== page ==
This isn’t a strong first impression, where this should be Sony’s chance to impress gamers on PC and set the tone for future releases of first-party PlayStation games on PC. Obviously, this connector took more time in the oven, but for some reason Sony felt it appropriate to release it in this state. The release date was a self set deadline, and I don’t think anyone would have been too disappointed if they delayed the release to make sure it lives up to people’s expectations.
It is perhaps especially frustrating because this is due to the back of the extremely well received PC port on another former PlayStation exclusive last month when Death Stranding came to PC in a fantastic conversion from the PS4 version. These games both run on Sony’s Decima engine, so many gamers had hoped that Horizon Zero Dawn would be fair as well. Despite the similarities between the two scenarios, there are some differences.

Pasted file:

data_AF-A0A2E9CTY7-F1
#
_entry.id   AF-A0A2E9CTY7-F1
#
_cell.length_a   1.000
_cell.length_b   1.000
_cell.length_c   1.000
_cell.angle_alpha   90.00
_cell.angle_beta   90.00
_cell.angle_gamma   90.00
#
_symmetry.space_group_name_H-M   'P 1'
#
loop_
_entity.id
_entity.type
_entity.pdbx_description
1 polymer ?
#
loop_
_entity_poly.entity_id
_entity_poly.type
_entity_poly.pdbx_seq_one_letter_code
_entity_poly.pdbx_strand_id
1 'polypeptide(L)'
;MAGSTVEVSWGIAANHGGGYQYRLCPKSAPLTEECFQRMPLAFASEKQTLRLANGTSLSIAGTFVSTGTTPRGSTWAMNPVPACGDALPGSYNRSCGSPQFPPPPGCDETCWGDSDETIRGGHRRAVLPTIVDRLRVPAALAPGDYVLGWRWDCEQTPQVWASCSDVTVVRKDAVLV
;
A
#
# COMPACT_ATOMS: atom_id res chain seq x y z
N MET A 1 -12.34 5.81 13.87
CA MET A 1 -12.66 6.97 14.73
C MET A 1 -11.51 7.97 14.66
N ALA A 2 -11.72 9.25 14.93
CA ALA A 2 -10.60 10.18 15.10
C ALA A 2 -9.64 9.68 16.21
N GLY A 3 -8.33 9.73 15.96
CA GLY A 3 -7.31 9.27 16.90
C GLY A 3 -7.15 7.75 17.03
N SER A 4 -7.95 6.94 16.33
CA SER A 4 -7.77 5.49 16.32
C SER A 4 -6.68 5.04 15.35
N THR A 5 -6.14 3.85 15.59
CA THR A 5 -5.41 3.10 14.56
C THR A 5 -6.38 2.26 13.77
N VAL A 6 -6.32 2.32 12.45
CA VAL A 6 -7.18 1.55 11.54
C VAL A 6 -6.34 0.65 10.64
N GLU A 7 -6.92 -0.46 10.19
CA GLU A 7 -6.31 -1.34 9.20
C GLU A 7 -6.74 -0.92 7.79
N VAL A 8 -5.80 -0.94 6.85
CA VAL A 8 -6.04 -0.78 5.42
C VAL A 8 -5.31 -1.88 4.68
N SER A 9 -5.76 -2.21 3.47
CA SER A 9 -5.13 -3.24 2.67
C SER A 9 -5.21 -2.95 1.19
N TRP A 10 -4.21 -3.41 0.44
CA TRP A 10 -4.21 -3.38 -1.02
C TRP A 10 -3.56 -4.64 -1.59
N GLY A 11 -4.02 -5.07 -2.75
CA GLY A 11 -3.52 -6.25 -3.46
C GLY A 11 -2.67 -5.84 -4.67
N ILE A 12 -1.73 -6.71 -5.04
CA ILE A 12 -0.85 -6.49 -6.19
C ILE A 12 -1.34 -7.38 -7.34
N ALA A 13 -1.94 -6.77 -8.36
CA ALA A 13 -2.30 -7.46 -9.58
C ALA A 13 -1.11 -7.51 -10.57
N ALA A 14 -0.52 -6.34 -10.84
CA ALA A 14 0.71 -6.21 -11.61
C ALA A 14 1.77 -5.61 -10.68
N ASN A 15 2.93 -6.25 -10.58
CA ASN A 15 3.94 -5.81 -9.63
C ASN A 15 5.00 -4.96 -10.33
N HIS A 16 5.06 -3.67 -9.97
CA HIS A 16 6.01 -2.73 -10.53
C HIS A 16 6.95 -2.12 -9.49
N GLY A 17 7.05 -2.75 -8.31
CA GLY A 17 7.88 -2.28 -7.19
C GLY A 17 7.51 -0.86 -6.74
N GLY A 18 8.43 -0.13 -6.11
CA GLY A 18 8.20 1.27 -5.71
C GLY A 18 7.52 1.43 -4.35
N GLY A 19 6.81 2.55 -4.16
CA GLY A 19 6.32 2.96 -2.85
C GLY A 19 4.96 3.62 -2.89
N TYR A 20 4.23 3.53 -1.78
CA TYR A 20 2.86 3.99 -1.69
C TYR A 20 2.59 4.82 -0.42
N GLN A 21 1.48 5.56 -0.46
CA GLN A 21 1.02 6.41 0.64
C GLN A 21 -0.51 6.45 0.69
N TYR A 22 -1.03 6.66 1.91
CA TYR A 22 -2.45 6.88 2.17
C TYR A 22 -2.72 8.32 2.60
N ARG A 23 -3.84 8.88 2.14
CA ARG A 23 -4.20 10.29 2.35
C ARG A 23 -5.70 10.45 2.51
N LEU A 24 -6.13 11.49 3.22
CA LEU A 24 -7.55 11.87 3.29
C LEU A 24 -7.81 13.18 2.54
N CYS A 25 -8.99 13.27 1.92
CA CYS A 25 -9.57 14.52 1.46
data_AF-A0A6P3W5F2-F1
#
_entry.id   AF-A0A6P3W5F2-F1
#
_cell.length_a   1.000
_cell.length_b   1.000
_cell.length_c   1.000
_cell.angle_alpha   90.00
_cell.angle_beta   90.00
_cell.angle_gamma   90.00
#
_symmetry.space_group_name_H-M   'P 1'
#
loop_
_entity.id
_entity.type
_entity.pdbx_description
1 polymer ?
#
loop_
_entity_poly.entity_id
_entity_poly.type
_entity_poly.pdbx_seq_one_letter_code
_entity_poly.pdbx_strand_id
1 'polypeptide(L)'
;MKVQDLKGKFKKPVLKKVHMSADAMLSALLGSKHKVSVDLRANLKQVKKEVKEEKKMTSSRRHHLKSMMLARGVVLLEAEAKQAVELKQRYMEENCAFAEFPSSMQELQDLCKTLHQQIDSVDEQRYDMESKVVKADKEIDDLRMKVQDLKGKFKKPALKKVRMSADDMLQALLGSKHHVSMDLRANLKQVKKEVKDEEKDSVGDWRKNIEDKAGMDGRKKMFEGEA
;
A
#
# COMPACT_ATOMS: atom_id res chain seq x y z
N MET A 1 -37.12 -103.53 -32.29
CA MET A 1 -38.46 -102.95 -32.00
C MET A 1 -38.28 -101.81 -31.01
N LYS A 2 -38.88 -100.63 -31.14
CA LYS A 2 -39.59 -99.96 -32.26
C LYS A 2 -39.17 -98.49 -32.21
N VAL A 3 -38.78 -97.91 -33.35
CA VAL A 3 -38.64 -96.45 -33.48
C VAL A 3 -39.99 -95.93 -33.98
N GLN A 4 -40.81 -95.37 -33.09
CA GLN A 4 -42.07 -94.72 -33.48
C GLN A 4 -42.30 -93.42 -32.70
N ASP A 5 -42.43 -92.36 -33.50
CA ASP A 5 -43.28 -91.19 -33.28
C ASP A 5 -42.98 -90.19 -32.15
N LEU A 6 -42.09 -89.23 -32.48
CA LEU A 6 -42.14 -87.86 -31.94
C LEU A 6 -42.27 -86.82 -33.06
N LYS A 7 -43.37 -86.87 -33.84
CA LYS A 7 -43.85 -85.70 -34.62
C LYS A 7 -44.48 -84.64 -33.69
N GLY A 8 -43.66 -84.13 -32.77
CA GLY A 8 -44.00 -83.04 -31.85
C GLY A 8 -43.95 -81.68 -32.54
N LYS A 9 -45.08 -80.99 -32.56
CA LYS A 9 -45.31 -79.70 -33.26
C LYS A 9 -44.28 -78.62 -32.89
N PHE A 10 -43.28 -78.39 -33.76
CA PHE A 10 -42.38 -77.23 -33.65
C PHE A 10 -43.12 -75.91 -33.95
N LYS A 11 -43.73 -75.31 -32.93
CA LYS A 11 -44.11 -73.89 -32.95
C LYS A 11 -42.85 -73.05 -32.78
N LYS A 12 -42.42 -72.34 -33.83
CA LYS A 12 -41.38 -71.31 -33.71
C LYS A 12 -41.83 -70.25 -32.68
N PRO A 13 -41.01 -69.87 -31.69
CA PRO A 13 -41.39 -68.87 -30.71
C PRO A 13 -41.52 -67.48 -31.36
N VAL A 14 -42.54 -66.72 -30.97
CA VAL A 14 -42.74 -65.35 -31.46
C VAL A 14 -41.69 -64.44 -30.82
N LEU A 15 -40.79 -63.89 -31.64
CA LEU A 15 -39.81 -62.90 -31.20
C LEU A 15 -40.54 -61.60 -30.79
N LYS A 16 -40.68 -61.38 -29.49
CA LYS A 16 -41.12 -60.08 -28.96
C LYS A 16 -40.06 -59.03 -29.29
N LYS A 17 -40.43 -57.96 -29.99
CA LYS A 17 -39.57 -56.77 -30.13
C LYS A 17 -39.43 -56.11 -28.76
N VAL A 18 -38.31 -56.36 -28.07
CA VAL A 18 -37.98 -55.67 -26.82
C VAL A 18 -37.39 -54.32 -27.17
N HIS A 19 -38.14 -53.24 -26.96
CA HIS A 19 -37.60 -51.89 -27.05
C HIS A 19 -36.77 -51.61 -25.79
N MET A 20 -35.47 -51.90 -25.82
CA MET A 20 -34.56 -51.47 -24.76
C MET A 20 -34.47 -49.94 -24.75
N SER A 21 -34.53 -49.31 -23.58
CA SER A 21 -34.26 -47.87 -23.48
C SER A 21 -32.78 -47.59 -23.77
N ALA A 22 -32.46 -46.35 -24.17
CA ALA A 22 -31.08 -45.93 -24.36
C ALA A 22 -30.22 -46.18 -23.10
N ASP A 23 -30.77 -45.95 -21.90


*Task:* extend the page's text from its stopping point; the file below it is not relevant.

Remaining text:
Death Stranding was always slated for PC release, with the PC version being announced before the game even had a name. While developing the PlayStation version, the team working on it also planned the PC version. Horizon Zero Dawn was originally supposed to only be released on PlayStation. The decision to publish on PC wasn’t made until much later.
Another difference is that Death Stranding has been ported to PC by Kojima Productions itself, while indications suggest that the PC port has been relocated from Horizon Zero Dawn. Kojima Productions worked on PC release in collaboration with publisher 505 Games, and as a small studio with only one game so far, they realized the importance of nailing PC release. 505 Games aren’t the biggest game maker either, and Death Stranding for PC is one of the most notable projects they’ve ever been involved in. So you would have known there was pressure to get it right. Perhaps that’s why they postponed the Death Stranding PC release from its June 2nd release date to July 14th. For Sony, on the other hand, the release of Horizon Zero Dawn is kind of a little experiment where the success or failure of that release won’t have much of an impact on the future of their business. The stakes are much lower which could have contributed to the decision to cut a few corners. The development of the port has been outsourced to Virtuos, a porter house that is by and large quite inconsistent and has laid out some solid and some questionable ports. Perhaps trying to port this great game simply required a bigger budget and more time.